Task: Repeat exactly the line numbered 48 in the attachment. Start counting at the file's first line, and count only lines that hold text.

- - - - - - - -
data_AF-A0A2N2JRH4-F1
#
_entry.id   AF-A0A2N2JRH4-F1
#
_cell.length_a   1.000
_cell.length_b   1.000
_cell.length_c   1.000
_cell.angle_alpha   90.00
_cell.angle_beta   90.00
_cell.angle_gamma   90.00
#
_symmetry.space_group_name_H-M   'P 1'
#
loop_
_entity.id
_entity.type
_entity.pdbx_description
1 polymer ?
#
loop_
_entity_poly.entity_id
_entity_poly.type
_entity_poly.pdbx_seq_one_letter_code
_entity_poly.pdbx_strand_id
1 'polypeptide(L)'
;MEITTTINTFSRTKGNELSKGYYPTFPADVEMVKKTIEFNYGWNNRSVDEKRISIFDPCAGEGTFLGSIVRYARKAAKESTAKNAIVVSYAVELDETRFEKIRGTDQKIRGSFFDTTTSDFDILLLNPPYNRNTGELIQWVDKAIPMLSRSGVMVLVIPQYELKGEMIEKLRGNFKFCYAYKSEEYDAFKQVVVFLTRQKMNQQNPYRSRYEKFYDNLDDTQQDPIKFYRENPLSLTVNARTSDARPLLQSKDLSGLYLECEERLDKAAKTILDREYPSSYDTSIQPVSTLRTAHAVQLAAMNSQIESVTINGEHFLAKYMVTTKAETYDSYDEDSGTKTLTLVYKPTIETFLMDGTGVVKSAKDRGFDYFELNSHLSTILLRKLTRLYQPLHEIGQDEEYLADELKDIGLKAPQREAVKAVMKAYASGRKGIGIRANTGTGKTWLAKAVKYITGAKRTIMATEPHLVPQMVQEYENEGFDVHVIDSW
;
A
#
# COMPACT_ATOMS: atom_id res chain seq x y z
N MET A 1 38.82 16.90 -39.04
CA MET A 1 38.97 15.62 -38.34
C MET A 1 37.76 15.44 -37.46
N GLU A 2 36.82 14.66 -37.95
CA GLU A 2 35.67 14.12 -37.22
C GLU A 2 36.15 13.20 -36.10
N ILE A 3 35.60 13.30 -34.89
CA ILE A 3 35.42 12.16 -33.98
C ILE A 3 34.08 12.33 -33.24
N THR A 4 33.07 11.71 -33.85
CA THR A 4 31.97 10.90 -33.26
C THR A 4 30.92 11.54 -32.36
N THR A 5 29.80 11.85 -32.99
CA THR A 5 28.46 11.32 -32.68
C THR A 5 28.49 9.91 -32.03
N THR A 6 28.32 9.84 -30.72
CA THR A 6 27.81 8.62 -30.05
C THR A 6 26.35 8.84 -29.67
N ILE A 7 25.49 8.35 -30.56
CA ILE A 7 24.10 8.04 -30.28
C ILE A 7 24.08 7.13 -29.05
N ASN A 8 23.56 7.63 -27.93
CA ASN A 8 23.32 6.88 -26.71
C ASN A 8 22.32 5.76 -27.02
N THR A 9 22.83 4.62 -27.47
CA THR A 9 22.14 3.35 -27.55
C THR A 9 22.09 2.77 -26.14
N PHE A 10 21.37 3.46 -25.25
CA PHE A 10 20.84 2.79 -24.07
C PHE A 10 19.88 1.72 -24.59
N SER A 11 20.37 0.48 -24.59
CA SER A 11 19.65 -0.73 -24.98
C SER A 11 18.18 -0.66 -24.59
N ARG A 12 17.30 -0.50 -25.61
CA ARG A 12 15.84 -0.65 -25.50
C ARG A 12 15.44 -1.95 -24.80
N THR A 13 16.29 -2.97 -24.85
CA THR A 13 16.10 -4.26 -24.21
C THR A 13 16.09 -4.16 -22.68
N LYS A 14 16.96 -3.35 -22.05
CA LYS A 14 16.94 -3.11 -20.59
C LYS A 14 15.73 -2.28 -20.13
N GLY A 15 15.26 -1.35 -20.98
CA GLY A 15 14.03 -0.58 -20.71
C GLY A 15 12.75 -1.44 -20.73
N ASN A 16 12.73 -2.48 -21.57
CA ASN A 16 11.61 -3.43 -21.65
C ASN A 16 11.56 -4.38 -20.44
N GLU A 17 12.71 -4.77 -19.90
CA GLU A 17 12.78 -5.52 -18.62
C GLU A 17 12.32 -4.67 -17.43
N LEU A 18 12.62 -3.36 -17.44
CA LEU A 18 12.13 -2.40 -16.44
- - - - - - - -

C THR A 6 26.35 8.84 -29.67